It would be heartening to think that cybersecurity has advanced since the 1990s, but some things never change. Vulnerabilities that some of us first saw in 1996 are still with us.

If you don’t believe me, just take a look at the news. Last month, Virginia-based cybersecurity firm GRIMM announced that they had found a vulnerability that affects many Netgear home WiFi routers. The cause? Outdated firmware that allows remote users to access the administrative systems in these routers.

If you think this exploit sounds like a 1990s-standard input overflow flaw, well done. That’s exactly what it is. As Nichols put it in his very detailed blog post: “1996 called, they want their vulnerability back.”

Unfortunately, these kinds of vulnerabilities are all too common. In just the last year, we reported on the VPNfilter botnet’s compromise of 500,000 routers, the fact that Virgin media users were the target of a huge hack, and the rise of new and efficient WiFi phishing attacks that are still remarkably effective.

The Vulnerabilities

The primary vulnerability identified in these reports relates to a “feature” of NetGear routers called variously “Web Services Management” or “Remote Management.” The problem, as is so often the case with home Wi-Fi routers, lies in the web server built into the router’s firmware. The web server runs the web-based administrative interface on which router owners authenticate themselves with their administrative passwords.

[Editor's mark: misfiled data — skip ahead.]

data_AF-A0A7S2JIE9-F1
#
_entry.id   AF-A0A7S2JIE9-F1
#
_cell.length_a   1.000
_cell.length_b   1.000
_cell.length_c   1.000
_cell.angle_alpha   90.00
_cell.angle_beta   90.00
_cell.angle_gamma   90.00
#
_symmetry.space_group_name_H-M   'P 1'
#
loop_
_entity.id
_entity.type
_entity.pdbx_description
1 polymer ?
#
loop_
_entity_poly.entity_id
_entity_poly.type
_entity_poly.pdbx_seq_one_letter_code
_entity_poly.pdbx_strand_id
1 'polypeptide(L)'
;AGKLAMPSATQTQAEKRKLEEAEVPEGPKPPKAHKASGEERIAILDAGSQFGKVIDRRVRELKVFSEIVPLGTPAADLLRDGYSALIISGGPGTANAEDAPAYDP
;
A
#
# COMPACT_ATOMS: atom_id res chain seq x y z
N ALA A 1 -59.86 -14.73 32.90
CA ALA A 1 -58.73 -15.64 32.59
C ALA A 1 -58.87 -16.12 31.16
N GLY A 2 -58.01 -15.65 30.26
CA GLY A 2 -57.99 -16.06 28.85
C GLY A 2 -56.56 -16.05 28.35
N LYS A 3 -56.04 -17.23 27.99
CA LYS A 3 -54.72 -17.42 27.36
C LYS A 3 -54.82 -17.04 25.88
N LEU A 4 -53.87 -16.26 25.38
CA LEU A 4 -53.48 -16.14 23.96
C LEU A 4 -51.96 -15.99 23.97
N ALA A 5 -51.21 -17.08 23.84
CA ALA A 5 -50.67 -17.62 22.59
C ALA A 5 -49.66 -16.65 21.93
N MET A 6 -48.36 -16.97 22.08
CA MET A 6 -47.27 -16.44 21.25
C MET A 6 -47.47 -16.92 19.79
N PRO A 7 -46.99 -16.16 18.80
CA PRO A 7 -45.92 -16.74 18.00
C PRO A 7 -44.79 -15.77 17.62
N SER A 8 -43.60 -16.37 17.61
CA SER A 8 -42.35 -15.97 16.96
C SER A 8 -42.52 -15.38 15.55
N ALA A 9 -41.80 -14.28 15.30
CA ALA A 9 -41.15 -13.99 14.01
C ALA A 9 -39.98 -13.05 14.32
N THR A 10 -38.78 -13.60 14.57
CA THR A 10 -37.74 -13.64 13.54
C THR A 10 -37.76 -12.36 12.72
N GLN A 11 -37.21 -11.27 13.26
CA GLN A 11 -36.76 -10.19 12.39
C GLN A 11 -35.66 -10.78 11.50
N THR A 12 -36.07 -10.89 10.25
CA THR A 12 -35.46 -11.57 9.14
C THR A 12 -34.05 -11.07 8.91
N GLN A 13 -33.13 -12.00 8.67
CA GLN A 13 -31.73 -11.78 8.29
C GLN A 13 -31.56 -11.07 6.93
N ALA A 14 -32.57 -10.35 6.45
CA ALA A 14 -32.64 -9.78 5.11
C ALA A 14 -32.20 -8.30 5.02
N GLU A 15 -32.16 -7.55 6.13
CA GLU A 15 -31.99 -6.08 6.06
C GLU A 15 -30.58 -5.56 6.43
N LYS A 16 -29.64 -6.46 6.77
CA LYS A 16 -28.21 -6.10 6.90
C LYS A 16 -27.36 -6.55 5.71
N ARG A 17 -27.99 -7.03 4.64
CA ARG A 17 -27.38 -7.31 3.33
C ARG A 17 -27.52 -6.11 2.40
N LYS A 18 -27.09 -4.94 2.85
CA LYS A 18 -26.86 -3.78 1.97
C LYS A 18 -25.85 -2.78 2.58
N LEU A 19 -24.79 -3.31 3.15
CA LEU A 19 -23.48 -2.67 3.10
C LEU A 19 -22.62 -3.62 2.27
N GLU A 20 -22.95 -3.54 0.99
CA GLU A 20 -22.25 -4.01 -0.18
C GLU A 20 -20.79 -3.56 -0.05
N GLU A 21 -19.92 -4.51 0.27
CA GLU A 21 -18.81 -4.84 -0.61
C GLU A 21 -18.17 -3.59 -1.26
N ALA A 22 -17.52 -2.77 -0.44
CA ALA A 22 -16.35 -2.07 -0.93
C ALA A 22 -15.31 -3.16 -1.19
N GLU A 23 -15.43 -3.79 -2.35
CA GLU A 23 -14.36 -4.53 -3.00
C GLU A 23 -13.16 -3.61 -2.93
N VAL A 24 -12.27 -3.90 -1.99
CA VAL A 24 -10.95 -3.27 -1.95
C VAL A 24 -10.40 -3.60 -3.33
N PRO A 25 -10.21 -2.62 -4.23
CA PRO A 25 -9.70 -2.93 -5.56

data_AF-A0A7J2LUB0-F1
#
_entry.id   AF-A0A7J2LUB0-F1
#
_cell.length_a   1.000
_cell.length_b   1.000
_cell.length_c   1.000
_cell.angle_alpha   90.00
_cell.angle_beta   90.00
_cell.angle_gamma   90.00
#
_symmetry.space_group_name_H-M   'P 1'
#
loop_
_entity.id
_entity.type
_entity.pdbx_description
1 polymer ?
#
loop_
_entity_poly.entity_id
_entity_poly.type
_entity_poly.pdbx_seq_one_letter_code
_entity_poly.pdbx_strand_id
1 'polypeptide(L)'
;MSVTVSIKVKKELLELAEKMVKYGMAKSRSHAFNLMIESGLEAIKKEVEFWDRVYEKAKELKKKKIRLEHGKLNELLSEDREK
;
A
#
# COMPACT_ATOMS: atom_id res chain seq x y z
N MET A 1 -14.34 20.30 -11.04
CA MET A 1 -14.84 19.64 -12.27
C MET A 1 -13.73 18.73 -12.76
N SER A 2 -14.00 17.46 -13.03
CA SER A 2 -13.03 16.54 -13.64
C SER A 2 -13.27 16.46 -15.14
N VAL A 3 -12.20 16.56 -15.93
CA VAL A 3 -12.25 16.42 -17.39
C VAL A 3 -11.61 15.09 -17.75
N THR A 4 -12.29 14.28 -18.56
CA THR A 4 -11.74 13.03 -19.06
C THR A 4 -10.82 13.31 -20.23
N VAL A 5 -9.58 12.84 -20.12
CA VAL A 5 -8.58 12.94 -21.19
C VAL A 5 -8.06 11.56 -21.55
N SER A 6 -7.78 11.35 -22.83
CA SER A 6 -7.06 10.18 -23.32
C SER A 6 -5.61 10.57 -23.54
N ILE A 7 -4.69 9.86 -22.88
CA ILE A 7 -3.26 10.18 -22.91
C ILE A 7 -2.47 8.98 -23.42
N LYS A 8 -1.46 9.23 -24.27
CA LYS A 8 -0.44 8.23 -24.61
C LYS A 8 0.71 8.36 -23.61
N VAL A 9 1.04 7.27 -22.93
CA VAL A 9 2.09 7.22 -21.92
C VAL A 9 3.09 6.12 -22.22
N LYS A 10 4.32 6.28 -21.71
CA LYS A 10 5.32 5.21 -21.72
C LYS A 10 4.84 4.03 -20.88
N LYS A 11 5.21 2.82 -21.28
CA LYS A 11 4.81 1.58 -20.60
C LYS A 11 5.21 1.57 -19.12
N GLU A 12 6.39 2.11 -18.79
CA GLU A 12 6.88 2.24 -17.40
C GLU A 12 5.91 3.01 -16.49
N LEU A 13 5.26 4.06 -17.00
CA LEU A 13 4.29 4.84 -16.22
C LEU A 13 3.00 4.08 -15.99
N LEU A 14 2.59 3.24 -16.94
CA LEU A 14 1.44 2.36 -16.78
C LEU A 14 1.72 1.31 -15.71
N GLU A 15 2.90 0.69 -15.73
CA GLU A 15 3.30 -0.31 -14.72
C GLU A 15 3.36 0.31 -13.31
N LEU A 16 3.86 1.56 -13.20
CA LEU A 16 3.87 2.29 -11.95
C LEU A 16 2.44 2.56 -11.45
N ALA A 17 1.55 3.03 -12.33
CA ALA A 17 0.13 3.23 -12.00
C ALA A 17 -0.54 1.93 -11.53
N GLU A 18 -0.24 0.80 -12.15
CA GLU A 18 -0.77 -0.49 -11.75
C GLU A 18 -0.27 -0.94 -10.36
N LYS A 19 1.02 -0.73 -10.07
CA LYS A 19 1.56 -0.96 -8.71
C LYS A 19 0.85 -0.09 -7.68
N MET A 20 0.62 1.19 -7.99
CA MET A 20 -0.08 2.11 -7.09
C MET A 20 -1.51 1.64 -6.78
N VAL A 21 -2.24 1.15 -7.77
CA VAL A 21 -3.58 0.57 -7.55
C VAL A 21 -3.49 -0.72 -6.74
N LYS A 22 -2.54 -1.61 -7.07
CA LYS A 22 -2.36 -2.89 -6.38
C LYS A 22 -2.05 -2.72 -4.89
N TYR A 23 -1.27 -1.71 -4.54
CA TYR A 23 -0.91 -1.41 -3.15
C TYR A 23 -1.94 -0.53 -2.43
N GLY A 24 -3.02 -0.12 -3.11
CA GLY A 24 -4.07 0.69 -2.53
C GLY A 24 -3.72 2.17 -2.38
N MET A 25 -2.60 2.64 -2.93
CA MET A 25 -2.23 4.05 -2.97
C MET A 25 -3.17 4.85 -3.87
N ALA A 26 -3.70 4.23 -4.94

Initially, it was thought that locking down the administrative privileges of these routers would make them secure. But then Lawrence Abrams at Bleeping Computer pointed out that a DNS rebinding attack could leave them vulnerable. By inputting a specific text string on two different models, researchers found that they could put the routers into update mode, bypassing the login process for the Netgear administrative (Read more...)